Everyone needs to smile from time to time, and preferably more often than that. Arrive back at Le Negresco, and you are at one of those few luxury hotels around the world that do not need a destination applied.
Raffles? Well, now Singapore has siblings in Dubai, Paris and the Maldives, for heaven’s sake, with more to come. Savoy? There is one in Florence. And so on. But there is only one Le Negresco, on the Promenade des Anglais in Nice.
The sun is shining outside, and the gal smiles. Come in, past bellmen in 18th century uniforms, and there in the rear of the dome designed by Eiffel, of tower fame, is Karl Heinz Stock’s rotating yellow lady who was turning around just like that, a year ago.
But let us go back 100 years. The Negresco opened for a couple of months in 1912, closed and re-opened permanently in 1913. It is therefore celebrating a two-year centenary.
A big even this July brought in A-listers from England and the USA. Many more events are planned for 2013, including – says big boss Pierre Bord – an artisans’ week, starting May 21st, 2013, where cooks and bakers and many more skilled artisans will share their secrets.
Mr Bord took me into the kitchen here, to learn some of the secrets of his chef, Jean-Denis Rieubland. They posed in front of an original hot cupboard, dating back t0 1912…
Last time I was here at the Negresco we dined in the main restaurant, Chantécler, which now has two Michelin stars. Instead of sitting in that pink-hued room, with busts and paintings around, this time we were at the coveted table for two in the chef’s kitchen.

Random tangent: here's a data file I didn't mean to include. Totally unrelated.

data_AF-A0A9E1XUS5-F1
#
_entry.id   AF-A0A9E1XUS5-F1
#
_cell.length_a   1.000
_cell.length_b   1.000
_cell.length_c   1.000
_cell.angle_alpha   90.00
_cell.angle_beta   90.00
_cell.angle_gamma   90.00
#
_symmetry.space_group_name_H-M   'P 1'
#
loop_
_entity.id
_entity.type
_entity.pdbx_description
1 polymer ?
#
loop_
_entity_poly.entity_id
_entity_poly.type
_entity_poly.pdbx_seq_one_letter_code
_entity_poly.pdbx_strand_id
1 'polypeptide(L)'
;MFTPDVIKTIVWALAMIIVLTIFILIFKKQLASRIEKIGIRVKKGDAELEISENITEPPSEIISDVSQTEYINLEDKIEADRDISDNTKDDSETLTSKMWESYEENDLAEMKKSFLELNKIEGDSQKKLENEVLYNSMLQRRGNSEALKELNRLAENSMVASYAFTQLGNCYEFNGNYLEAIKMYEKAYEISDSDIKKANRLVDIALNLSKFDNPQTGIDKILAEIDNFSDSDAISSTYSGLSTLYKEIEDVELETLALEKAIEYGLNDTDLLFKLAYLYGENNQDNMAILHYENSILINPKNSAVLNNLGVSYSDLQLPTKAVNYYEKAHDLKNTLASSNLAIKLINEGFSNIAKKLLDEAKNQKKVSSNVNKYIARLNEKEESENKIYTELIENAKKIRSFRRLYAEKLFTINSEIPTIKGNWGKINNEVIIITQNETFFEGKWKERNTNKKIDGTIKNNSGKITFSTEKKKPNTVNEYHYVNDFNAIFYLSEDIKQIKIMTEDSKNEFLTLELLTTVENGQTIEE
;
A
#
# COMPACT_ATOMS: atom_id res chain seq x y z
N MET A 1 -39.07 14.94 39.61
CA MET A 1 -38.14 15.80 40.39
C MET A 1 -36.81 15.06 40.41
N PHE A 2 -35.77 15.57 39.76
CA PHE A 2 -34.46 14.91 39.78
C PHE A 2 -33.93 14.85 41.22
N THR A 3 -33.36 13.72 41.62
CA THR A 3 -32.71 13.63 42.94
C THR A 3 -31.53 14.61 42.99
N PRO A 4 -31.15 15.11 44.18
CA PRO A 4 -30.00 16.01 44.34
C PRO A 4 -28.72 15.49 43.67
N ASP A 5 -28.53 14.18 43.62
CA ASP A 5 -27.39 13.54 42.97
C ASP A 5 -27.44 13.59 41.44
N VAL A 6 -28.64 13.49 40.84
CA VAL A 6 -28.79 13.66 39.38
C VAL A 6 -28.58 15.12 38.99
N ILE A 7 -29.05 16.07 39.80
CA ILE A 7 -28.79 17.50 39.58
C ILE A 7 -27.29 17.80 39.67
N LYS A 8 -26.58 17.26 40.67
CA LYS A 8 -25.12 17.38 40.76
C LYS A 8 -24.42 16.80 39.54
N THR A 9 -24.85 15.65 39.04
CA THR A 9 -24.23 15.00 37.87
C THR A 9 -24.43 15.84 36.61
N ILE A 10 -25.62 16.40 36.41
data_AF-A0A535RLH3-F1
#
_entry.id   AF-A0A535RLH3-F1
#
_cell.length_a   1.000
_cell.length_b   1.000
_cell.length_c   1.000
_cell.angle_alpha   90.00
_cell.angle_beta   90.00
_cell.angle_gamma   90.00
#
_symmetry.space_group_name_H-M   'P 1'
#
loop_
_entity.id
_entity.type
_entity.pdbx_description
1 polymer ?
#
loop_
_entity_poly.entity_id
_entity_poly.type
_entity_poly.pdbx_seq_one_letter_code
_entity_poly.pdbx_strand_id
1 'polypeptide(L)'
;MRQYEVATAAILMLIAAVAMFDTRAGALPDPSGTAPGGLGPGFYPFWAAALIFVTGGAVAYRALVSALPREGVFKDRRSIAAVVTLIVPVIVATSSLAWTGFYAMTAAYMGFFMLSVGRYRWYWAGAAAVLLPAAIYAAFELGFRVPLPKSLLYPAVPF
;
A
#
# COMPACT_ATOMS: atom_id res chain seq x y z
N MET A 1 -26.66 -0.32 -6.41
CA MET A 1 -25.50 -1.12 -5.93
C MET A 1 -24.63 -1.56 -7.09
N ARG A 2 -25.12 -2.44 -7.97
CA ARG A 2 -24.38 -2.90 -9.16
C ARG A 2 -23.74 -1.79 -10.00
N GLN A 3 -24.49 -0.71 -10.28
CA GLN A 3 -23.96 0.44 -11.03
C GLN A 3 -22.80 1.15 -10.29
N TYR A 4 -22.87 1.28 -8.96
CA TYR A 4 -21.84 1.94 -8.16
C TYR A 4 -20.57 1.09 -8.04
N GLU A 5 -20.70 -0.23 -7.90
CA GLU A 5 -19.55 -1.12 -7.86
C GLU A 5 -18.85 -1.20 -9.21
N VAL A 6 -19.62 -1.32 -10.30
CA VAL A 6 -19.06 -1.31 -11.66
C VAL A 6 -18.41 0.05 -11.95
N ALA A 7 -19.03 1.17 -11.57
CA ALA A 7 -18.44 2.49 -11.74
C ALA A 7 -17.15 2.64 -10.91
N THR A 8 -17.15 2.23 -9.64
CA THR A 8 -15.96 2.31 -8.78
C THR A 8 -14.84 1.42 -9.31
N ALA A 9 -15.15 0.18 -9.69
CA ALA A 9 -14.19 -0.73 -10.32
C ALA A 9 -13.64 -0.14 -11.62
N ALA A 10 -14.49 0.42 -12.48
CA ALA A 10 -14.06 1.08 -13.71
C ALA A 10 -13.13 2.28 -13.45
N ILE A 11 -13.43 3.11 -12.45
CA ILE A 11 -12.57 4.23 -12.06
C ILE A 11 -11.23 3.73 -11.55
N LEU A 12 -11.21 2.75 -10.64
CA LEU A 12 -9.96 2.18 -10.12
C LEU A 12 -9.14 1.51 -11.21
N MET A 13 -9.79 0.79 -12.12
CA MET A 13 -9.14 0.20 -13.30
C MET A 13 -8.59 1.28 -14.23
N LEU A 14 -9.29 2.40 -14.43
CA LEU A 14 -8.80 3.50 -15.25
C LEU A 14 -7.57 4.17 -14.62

The cloth was pink, the floral china, probably original also, was Haviland, from Limoges. The Champagne was the hotel’s centenary special, 2000 Femme de Champagne Duval LeRoy, poured by the sommelier Lionel Compan and probably named for the hotel’s current owner, Madame Jeanne Augier, who lives on top of her hotel.
Jean-Denis Rieubland’s father has an enormous vegetable farm and all his fresh produce comes from there (family networks come in handy in the food world, especially in France). He sent out as ‘amuse’ two tiny vegetable gnocchi, one dark purple (potato) and one green (from what?) with tiny vegetable bites, and flowers, around.
His starter, a carpaccio of scallops with premium French caviar, zest of candied mandarin, fresh herbs, flowers and virgin oil, was absolutely brilliant.
Look at it: the paper-thin rounds of scallops are arranged in military formation, three rows up, four rows across. I went on to his ‘back of cod’, a chunk roasted with Lautrec garlic, baby leeks with truffles, shrimps and shellfish with celeriac.
A dessert was sent out. It looked divine, but then the pastry chef Fabien Cocheteux is obviously another genius. By now we had switched to a local red wine, a Le Clos Vin de Bellet dos Saint-Vincent 2009 Folle Noire.
This folle noire is a grape only grown in this immediate area of the French Riviera; drive the autoroute from Cannes east to Nice and you see the vines on the hillside just to your left.
They only produce five thousand bottles of the wine every year. No wonder it is a rarity – like Zurich’s ‘little steps to heaven’ wine, the locals drink up everything they can get.
But the Negresco, of course, is not only food. It is one of the world’s ten best art hotels, in the form of hundreds of incredibly valuable works by Raymond Moretti (a caricature of Louis Armstrong), Hyacinthe Rigaud (a portrait of Prince Antoine I of Monaco) and numerous pieces by Victor Vasarely.
These are all displayed, in a somewhat kitsch way, on whatever spot is available. Try climbing up the 155 blue carpeted stone steps from the ground floor to, say, the fourth floor of the six-floor hotel and you have to climb past antique cradles for babies and slightly-bashed copper hip baths for adults.
You can, by the way, get excellent exercise to compensate for all this gourmet dining by running or cycling along the promenade outside or by doing as I did, booking an hour’s workout with one of the toughest trainers I remember, Foued Douma.